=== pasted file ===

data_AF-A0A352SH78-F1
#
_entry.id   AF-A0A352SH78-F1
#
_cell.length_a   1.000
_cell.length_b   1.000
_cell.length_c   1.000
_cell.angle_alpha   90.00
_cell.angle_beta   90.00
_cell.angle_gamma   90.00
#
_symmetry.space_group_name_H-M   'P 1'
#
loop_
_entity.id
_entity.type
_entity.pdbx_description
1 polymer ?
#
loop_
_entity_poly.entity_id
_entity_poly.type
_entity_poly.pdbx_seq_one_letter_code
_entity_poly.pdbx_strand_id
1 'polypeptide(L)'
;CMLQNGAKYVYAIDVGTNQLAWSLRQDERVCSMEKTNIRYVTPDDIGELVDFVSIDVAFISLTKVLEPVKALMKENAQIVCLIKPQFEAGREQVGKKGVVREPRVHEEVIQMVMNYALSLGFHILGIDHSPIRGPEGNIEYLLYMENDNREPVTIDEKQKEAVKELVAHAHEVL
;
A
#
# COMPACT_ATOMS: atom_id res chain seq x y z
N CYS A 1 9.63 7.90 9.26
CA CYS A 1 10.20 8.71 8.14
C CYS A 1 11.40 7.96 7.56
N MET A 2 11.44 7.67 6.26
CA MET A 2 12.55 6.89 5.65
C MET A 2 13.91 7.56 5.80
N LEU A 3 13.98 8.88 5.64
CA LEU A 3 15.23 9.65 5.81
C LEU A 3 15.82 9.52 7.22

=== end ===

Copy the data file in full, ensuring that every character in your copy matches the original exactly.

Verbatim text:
data_AF-A0A352SH78-F1
#
_entry.id   AF-A0A352SH78-F1
#
_cell.length_a   1.000
_cell.length_b   1.000
_cell.length_c   1.000
_cell.angle_alpha   90.00
_cell.angle_beta   90.00
_cell.angle_gamma   90.00
#
_symmetry.space_group_name_H-M   'P 1'
#
loop_
_entity.id
_entity.type
_entity.pdbx_description
1 polymer ?
#
loop_
_entity_poly.entity_id
_entity_poly.type
_entity_poly.pdbx_seq_one_letter_code
_entity_poly.pdbx_strand_id
1 'polypeptide(L)'
;CMLQNGAKYVYAIDVGTNQLAWSLRQDERVCSMEKTNIRYVTPDDIGELVDFVSIDVAFISLTKVLEPVKALMKENAQIVCLIKPQFEAGREQVGKKGVVREPRVHEEVIQMVMNYALSLGFHILGIDHSPIRGPEGNIEYLLYMENDNREPVTIDEKQKEAVKELVAHAHEVL
;
A
#
# COMPACT_ATOMS: atom_id res chain seq x y z
N CYS A 1 9.63 7.90 9.26
CA CYS A 1 10.20 8.71 8.14
C CYS A 1 11.40 7.96 7.56
N MET A 2 11.44 7.67 6.26
CA MET A 2 12.55 6.89 5.65
C MET A 2 13.91 7.56 5.80
N LEU A 3 13.98 8.88 5.64
CA LEU A 3 15.23 9.65 5.81
C LEU A 3 15.82 9.52 7.22